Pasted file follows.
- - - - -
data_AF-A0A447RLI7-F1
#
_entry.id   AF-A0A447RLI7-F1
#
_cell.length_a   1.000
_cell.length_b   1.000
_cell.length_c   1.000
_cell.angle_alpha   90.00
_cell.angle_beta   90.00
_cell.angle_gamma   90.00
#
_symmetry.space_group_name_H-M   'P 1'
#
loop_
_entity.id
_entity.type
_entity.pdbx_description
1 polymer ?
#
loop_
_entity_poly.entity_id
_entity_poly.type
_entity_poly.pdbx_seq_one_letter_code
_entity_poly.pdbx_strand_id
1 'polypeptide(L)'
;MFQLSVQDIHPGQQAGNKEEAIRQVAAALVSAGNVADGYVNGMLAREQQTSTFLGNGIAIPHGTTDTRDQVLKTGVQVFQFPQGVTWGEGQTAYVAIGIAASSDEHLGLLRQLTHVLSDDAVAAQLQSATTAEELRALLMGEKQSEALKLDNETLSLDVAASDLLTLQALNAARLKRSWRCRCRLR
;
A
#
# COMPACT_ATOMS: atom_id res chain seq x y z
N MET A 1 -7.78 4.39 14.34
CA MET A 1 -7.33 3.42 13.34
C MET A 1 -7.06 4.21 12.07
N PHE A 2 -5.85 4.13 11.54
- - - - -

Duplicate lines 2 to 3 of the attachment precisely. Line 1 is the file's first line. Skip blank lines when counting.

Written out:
#
_entry.id   AF-A0A447RLI7-F1